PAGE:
Asian Heritage month Tag

Kindred Journey 24 – Troop 12

Troop 12 is the first Japanese and Asian American boy scout troop founded in the United States. It is also one of the oldest. It was founded in 1915 through the work of Masunobu Morisuye. The troop was comprised of American born Japanese or Nisei. The group practiced wilderness and outdoor activities such as swimming, camping, etc. They also learned first aid and volunteered in the Japanese community in San Francisco where they were founded. The group was founded because they could not become a part of existing Boy Scout troops or were not welcomed into white troops. They completed all the requirements to become recognized and became a troop anyway though. The group recently celebrated their 100th year anniversary which has seen struggle during the imprisonment of Japanese during World War 2, finding sponsors to keep the group going, and maintaining a club for kids to learn for over 100 years. In addition to all of the outdoor activities and volunteer work the club scouts are often given the chance to travel to other states and the troop has even been to Japan to learn more about their culture. And the hat the trooper wears is in reaction to a member being teased by another troop. When Troop 12 heard about this, they all bought white hats and wore them together in solidarity.

Sources: History of Boy Scout Troop 12 (youtube), Japanese Immigration hearings

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Kindred Journey 23 – Margaret Cho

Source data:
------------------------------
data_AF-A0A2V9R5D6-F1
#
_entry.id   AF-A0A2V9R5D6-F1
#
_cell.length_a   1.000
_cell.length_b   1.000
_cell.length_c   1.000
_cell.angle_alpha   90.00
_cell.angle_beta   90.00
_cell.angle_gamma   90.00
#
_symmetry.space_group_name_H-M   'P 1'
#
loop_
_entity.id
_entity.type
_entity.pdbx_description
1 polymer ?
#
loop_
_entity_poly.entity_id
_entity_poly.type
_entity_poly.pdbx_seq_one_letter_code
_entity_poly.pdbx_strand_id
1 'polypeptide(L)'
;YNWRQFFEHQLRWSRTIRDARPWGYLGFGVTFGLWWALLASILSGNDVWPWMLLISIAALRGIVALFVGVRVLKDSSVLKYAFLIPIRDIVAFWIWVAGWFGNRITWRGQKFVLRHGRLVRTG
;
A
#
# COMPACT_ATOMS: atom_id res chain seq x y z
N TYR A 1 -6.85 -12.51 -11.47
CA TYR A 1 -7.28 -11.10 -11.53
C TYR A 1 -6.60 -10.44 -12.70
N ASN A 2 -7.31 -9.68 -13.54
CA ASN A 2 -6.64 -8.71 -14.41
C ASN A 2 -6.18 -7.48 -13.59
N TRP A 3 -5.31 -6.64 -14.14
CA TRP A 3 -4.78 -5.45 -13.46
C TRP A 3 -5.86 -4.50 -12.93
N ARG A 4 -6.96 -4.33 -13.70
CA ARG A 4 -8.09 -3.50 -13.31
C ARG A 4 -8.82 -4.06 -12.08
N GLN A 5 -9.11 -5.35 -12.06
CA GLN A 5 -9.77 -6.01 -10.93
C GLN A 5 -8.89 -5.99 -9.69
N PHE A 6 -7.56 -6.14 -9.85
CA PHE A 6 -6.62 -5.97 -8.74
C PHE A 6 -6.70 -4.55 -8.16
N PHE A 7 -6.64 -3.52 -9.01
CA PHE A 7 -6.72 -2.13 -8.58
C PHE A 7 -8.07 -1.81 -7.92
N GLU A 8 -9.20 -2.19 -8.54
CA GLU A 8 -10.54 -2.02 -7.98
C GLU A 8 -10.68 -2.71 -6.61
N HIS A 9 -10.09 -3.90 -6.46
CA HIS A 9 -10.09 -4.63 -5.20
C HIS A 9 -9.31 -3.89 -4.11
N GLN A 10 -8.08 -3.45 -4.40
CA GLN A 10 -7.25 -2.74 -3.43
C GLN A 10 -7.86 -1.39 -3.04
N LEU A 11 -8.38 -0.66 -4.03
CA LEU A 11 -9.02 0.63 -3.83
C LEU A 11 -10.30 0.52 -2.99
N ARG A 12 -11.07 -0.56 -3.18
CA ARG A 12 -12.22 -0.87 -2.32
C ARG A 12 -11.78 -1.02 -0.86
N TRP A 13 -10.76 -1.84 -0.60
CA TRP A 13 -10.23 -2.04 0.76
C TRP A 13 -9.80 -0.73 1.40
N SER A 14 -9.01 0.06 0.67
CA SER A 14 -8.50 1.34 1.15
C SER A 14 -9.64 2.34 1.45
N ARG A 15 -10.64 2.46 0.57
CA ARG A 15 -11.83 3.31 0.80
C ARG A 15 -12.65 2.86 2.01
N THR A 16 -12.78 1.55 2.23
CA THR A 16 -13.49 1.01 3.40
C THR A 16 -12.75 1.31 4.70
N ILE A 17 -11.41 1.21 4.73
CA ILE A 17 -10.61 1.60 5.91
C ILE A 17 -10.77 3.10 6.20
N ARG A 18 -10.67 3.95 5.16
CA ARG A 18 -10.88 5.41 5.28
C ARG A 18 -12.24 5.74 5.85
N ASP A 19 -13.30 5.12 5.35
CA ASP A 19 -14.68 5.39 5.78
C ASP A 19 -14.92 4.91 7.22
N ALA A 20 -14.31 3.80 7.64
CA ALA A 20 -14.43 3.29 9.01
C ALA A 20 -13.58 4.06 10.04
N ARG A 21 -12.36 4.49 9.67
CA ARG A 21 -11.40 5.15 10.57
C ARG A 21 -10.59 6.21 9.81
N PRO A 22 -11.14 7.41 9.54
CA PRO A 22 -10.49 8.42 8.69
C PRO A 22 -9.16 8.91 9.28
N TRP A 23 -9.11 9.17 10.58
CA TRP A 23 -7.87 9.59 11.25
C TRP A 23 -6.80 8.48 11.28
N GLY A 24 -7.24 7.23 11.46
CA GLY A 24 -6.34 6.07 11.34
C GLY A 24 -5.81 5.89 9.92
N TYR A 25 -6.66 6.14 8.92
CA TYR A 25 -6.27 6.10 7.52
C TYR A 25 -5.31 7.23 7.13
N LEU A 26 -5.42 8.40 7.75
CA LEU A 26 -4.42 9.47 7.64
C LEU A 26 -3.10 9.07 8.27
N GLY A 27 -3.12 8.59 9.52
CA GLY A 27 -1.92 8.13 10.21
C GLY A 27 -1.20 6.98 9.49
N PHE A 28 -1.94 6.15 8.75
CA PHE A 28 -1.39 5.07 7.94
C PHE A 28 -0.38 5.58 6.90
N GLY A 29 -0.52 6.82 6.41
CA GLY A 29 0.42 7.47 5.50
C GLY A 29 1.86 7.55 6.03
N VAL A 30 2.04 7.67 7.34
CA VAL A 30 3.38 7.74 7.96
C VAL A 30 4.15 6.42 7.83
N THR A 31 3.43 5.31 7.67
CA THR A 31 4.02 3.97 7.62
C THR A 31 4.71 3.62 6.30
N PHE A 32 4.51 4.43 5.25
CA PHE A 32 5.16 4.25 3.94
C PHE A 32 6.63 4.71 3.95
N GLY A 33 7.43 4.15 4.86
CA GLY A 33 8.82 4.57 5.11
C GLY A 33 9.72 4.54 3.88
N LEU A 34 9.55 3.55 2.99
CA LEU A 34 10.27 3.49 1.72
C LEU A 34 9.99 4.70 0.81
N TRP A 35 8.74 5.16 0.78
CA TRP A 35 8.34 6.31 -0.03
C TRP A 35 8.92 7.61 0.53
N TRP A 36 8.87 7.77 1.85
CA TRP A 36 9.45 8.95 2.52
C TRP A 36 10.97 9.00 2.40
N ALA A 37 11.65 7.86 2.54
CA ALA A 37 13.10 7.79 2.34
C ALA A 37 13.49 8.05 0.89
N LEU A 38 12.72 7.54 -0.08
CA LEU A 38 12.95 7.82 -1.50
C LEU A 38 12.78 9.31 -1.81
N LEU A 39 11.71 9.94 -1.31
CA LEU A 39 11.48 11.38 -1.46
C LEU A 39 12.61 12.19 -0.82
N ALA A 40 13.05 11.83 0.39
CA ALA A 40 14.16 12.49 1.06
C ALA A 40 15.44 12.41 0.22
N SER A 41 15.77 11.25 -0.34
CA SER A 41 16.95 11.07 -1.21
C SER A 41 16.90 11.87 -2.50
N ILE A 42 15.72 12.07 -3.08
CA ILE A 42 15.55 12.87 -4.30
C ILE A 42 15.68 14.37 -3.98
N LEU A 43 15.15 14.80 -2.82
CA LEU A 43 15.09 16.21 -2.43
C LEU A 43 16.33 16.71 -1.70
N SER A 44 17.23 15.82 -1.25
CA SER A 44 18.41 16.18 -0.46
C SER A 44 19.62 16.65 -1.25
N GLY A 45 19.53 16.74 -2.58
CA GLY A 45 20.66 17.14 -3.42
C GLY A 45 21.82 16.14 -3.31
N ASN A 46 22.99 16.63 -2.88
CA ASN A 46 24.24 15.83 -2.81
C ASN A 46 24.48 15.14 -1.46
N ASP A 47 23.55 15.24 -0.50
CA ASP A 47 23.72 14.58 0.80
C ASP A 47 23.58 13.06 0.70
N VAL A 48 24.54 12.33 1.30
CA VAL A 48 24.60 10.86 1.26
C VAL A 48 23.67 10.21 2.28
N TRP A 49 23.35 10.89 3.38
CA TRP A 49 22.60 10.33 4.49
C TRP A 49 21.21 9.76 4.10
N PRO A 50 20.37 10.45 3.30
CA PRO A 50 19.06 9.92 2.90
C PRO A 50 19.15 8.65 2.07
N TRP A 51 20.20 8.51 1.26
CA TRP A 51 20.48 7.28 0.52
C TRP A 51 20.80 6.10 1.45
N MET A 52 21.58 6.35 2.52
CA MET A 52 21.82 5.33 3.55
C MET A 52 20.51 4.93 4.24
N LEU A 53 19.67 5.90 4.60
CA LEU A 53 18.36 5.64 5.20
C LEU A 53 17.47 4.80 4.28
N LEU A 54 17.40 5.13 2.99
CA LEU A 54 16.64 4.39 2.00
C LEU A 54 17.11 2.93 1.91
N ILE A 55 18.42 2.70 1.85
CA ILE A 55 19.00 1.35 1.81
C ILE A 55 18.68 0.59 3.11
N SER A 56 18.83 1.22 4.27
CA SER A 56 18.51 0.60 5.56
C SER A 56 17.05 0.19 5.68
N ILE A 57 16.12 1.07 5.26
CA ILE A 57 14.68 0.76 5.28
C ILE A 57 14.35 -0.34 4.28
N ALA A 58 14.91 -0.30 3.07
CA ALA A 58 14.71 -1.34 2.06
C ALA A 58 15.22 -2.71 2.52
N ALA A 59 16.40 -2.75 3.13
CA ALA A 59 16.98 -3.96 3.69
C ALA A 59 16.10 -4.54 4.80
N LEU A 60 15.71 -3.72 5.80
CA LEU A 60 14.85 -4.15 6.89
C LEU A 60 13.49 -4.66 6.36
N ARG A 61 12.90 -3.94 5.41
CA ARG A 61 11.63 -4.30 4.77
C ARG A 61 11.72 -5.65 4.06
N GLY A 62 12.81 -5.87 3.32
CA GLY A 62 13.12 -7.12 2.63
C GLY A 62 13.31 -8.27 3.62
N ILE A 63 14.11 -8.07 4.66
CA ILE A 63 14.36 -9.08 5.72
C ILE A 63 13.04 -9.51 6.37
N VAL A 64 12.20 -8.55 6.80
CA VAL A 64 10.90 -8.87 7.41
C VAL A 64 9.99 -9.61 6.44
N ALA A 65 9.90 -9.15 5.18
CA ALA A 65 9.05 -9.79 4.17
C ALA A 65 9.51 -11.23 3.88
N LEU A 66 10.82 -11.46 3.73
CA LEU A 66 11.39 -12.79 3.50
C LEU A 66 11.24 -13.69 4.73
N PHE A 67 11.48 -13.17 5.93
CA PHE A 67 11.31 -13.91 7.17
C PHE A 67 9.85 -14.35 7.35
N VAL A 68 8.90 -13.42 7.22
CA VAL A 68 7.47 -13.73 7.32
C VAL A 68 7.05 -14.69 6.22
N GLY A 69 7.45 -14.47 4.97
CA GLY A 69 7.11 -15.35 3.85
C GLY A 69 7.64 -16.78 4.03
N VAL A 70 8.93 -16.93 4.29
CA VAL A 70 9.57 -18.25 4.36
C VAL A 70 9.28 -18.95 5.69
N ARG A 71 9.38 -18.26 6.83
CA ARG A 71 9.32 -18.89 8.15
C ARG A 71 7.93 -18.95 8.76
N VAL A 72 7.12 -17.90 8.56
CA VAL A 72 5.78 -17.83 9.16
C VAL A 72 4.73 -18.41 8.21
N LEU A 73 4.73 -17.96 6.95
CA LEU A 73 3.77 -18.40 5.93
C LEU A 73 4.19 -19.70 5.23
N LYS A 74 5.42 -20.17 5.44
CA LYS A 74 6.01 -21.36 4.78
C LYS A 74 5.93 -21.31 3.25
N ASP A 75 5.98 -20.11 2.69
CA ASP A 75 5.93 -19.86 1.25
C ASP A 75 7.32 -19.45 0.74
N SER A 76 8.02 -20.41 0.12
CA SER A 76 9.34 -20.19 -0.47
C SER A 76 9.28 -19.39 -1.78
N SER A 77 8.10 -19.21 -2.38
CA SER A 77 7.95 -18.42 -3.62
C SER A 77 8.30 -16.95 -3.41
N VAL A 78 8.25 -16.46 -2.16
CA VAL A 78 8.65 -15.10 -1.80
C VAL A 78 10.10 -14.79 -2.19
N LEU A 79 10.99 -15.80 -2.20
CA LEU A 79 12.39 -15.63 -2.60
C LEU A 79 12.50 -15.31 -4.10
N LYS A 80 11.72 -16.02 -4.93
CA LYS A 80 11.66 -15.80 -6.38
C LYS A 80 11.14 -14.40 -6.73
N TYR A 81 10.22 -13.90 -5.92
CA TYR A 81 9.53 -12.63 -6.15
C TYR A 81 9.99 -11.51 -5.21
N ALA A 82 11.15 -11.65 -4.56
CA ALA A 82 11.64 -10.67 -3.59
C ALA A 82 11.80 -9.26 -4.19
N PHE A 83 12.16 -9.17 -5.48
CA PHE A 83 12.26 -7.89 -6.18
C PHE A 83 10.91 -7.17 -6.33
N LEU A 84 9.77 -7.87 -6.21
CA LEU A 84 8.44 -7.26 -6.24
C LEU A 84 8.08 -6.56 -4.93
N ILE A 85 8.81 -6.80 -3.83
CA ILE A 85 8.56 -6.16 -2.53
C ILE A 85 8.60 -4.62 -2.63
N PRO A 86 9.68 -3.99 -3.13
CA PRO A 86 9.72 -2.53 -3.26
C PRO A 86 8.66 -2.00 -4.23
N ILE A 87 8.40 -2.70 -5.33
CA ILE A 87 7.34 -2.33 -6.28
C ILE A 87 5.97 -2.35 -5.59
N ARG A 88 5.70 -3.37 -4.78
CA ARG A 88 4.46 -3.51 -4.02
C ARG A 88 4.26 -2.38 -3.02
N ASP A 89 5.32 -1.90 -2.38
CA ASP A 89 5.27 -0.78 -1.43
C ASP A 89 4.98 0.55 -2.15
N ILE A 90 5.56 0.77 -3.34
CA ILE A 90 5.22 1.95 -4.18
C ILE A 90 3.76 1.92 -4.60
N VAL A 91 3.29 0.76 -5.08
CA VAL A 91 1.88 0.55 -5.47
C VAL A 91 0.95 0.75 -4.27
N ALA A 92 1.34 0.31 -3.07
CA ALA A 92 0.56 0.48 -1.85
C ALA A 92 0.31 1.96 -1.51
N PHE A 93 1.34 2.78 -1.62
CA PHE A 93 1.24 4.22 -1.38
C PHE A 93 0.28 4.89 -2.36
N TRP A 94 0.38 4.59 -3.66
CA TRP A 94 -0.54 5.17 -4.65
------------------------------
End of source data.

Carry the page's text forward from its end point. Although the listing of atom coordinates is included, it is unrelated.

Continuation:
Born in San Francisco in 1968, Margaret Cho is one of the greatest comedians to do it. She has written books, starred in plays, shows, and films, recorded music, and done some amazing comedic performances. One of the things I admire about her is her ability to merge political and hilarious. Margaret started performing as a teen. She went on to be one of the first if not the first Asian American lead in an Asian American specific Tv show called “All American Girl”. She had a broadway show called “I am the one I want”. She has toured all over the world performing stand up, and she has been nominated for many awards like the Grammy’s, Emmy’s, and she has won awards from the ACLU (American Civil Liberties Union) and GLAAD (Gay & Lesbian Alliance Against Defamation). Beyond doing comedy Margaret has been an advocate for LGbtq rights, she has stood up against bullying, and has lead commentary to political issues. She is still performing and inspiring today.

Sources:, The Rubin Report, Broadly

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Kindred Journey 22 – Mountain Brothers